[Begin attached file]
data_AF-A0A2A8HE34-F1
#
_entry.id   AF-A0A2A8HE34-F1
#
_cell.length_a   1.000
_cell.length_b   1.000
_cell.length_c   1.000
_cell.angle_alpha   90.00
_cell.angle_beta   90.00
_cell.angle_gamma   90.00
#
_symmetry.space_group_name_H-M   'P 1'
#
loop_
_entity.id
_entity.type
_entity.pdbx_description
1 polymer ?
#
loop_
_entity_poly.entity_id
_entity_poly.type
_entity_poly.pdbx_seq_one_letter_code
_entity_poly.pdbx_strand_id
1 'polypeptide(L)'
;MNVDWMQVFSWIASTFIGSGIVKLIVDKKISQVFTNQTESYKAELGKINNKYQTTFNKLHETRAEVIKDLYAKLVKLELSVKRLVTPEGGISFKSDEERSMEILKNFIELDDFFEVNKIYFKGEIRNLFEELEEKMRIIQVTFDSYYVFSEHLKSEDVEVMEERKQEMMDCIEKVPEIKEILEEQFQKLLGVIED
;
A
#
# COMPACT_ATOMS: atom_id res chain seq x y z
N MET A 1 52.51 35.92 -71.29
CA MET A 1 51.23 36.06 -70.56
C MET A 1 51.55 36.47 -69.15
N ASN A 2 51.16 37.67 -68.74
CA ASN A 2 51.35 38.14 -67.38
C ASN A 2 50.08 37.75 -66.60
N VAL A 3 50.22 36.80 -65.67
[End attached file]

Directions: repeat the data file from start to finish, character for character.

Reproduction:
data_AF-A0A2A8HE34-F1
#
_entry.id   AF-A0A2A8HE34-F1
#
_cell.length_a   1.000
_cell.length_b   1.000
_cell.length_c   1.000
_cell.angle_alpha   90.00
_cell.angle_beta   90.00
_cell.angle_gamma   90.00
#
_symmetry.space_group_name_H-M   'P 1'
#
loop_
_entity.id
_entity.type
_entity.pdbx_description
1 polymer ?
#
loop_
_entity_poly.entity_id
_entity_poly.type
_entity_poly.pdbx_seq_one_letter_code
_entity_poly.pdbx_strand_id
1 'polypeptide(L)'
;MNVDWMQVFSWIASTFIGSGIVKLIVDKKISQVFTNQTESYKAELGKINNKYQTTFNKLHETRAEVIKDLYAKLVKLELSVKRLVTPEGGISFKSDEERSMEILKNFIELDDFFEVNKIYFKGEIRNLFEELEEKMRIIQVTFDSYYVFSEHLKSEDVEVMEERKQEMMDCIEKVPEIKEILEEQFQKLLGVIED
;
A
#
# COMPACT_ATOMS: atom_id res chain seq x y z
N MET A 1 52.51 35.92 -71.29
CA MET A 1 51.23 36.06 -70.56
C MET A 1 51.55 36.47 -69.15
N ASN A 2 51.16 37.67 -68.74
CA ASN A 2 51.35 38.14 -67.38
C ASN A 2 50.08 37.75 -66.60
N VAL A 3 50.22 36.80 -65.67